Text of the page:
We may not all have flying cars and robotic housekeepers just yet, but slick, contactless, automated hot spots are popping up around Toronto making life in the city a little more Jetsons-esque.
In Yorkville, just a couple of blocks north of Mink Mile at 1235 Bay Street, is Canada’s first premium robotic café. Set amongst the shops, restaurants, and office buildings, the charming Dark Horse Coffee Automat is a joint venture between RC Coffee and Dark Horse Espresso Bar.
Its stylish “café diorama” is courtesy of the local design duo behind Mjolk. The designers created a playful story of a beloved 1950s–’60s café forgotten by the city. “Our goal was for people to walk by the café at night with the lights in the window glowing and stop for a moment to look inside, then realize that this isn’t a real coffee shop but a coffee automat,” says John Baker, co-founder of Mjolk. “We love the Nordic spirit for innovation, and even though this is a cheeky retro aesthetic, it lends itself to the optimism of the technology found at the automated coffee kiosk.”
A few quick taps to place and pay for an order on the kiosk’s screen, and before you know it (in one minute and 15 seconds, 1:35 for an Americano), the coffee is ready. This isn’t weak, tepid coffee; the high-tech Automat is designed to do everything a barista does, from grinding the exact amount of espresso to running water at the precise temperature through it.
The team at RC Coffee, which was launched a few weeks ago, is constantly refining the experience of this pilot project. “We’ve been focusing on three things: consistency of the drink quality; making the interface more user friendly; speeding up the delivery of the drinks and the reliability of the mechanical parts,” says Brad Ford, RC Coffee’s general manager of coffee.
The Dark Horse Coffee Automat joins two new contactless restaurants. Box’d, the brainchild of Mohamad Fakih, owner of Paramount Fine Foods, claims to be Canada’s first fully automated restaurant, with one location in the Financial District and three pop-ups. The ultramodern Box’d concept revolves around placing an order via app or a kiosk. With a full team of cooks in the kitchen, hidden behind a streamlined wall of digital cubbies, one person prepares the order—the menu is made up of flavours from in the Middle East—sanitizes the cubby, and places the fresh order into the cubby. To access your dedicated cubby, simply tap a button on your phone. “We’re eliminating another touchpoint,” Fakih explains of this recent tweak. He came up with the idea long before COVID-19 took over our lives, seeing this efficient technology as a way to give people “more time to actually enjoy yourself and enjoy your life,” he says.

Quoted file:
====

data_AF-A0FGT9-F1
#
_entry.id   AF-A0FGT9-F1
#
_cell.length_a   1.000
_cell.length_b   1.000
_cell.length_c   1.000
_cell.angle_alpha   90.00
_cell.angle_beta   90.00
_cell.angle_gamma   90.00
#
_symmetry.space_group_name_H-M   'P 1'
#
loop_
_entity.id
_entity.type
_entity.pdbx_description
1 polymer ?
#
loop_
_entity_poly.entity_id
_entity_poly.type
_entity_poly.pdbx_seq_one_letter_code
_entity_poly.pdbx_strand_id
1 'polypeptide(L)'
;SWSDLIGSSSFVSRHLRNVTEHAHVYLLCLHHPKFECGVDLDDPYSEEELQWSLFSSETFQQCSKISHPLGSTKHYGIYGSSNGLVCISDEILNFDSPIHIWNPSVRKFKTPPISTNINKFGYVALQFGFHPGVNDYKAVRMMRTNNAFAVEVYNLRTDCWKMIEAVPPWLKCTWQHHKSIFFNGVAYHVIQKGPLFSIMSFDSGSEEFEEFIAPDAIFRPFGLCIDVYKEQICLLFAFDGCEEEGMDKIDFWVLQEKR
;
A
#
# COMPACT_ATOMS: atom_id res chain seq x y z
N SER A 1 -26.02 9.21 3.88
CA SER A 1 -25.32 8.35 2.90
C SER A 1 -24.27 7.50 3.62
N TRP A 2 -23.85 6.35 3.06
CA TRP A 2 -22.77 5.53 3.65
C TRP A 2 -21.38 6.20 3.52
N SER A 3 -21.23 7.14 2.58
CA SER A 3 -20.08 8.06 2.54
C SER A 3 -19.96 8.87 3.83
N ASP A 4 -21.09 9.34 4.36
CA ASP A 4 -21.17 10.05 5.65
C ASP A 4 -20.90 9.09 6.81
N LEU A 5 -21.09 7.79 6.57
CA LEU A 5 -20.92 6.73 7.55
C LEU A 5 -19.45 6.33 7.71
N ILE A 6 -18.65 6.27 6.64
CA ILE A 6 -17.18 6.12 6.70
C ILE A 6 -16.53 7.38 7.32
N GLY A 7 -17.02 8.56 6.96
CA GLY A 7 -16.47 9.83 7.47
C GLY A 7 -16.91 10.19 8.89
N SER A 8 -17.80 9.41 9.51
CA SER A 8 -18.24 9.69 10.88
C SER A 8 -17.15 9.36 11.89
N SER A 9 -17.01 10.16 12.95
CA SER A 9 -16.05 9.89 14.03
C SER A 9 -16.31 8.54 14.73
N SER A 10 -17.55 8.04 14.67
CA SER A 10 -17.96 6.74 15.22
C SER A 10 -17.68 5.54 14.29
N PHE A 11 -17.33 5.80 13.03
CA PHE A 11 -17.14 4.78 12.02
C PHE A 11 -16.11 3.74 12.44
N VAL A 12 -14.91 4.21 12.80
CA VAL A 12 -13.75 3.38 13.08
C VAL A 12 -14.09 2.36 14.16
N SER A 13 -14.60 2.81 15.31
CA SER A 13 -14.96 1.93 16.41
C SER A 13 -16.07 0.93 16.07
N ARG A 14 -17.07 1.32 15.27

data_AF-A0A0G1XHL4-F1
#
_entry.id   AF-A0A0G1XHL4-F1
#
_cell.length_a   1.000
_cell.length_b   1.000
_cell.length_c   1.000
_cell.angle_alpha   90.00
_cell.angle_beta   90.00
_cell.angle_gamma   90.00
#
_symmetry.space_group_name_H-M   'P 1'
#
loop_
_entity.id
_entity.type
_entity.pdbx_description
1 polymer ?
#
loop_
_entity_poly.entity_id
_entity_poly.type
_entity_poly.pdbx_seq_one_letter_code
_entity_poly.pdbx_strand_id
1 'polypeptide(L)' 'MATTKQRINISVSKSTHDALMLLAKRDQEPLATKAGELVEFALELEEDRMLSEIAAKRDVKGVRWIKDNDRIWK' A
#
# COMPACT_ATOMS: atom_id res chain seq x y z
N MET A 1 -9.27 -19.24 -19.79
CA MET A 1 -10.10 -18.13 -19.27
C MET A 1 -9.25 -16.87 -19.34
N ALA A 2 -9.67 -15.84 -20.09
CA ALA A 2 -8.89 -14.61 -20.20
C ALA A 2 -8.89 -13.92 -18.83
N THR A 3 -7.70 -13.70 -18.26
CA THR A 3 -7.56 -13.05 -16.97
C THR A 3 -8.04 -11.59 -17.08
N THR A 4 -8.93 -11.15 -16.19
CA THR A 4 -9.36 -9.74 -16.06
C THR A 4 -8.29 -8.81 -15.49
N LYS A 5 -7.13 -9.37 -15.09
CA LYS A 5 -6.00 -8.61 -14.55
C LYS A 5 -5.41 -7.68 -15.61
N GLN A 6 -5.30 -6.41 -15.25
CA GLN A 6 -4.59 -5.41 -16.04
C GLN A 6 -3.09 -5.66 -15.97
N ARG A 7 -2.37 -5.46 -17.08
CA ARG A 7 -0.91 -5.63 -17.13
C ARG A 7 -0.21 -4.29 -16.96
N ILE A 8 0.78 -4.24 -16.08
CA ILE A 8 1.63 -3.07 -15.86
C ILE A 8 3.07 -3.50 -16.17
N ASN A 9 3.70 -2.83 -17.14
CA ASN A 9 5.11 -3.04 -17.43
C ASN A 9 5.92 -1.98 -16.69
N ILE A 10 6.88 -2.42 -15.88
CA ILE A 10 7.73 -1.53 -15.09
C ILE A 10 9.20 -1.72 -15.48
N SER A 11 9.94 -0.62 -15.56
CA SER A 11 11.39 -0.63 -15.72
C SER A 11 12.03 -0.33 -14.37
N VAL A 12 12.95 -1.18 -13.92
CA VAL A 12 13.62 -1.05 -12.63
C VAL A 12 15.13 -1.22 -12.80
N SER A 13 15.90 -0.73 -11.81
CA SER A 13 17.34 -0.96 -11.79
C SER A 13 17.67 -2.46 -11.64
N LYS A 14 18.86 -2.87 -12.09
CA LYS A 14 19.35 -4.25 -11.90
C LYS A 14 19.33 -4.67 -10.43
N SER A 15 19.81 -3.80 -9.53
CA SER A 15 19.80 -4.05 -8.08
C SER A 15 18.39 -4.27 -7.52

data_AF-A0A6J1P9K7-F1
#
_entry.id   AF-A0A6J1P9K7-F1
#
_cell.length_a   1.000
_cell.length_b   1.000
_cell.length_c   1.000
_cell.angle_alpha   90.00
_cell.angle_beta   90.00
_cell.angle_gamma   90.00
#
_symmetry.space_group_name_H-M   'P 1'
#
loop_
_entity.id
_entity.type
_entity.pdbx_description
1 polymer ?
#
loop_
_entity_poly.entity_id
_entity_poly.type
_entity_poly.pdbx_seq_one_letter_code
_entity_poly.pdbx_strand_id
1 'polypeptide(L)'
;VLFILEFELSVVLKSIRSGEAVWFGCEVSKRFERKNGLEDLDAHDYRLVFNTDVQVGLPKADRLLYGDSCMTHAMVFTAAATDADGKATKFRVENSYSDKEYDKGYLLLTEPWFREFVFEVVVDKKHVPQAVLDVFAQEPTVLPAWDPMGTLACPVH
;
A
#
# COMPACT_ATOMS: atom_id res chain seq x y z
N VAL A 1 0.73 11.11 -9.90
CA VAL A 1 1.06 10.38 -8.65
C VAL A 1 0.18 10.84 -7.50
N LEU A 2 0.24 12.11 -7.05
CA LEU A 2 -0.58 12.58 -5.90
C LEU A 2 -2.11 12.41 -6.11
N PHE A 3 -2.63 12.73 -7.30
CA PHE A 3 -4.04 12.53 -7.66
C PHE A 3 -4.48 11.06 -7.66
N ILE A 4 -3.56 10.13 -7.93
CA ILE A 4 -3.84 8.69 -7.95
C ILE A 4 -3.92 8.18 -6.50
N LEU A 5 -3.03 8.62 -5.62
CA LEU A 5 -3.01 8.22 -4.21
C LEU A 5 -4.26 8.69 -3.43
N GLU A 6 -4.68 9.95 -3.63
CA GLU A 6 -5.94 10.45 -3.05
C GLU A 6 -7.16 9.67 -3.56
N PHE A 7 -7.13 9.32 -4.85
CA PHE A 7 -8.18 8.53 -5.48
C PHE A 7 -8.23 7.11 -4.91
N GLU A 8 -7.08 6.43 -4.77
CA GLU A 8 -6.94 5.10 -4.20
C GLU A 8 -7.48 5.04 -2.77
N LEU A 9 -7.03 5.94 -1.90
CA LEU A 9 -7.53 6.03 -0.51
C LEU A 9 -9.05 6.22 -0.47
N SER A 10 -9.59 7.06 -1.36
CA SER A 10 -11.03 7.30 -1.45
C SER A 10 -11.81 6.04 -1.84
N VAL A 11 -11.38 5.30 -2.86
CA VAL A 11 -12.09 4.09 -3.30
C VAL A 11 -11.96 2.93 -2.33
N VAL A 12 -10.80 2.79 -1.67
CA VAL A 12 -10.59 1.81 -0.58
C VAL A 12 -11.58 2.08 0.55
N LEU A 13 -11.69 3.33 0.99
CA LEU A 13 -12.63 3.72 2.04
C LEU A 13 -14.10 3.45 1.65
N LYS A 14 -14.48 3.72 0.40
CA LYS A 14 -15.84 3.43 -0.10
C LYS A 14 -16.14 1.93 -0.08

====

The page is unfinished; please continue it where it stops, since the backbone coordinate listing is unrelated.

Also joining the contactless food business in downtown Toronto on King Street East is Cubby, which dubs itself a smart kitchen. Cubby combines five restaurants into one; think burgers and souvlaki from the Charcoal Pit to smoothie bowls and poke from Kai Poke, which eases ordering pains when everyone in the group has a craving for something different. Like Box’d, Cubby involves placing an order by app, on the website, or in person on kiosks, and a screen sends a notification when the food is ready and which cubby to grab it from.
Cubby is minimalistic, mostly black and white with some pops of orange, and as at Box’d, guests are welcomed into the space by a host, who’s there to help with any questions or issues placing an order at the kiosk—so the experience doesn’t entirely lack human engagement.
This trend toward automated, contactless businesses, while well timed given the pandemic, raises concerns about eliminating jobs and further isolating individuals. Jay Yordi, the CEO at Cubby, Fakih, and the team at Dark Horse all stress that this is not the case. While the Dark Horse Coffee Automat plans to expand to nearly 100 locations across Canada by the end of 2021, it is not a replacement for the Dark Horse coffee shops but an innovation that can coexist with cafés. At Box’d, “we place the name of the chef on each meal so that there is a human element to it,” Fakih says, adding that, with regard to jobs, besides the friendly host, Box’d actually requires more staff in the kitchen than in a conventional restaurant in order to turn out the food efficiently. And ultimately, he adds, “eating the food is a way to experience and learn about another culture.” Welcome to the here and now of how we break bread.
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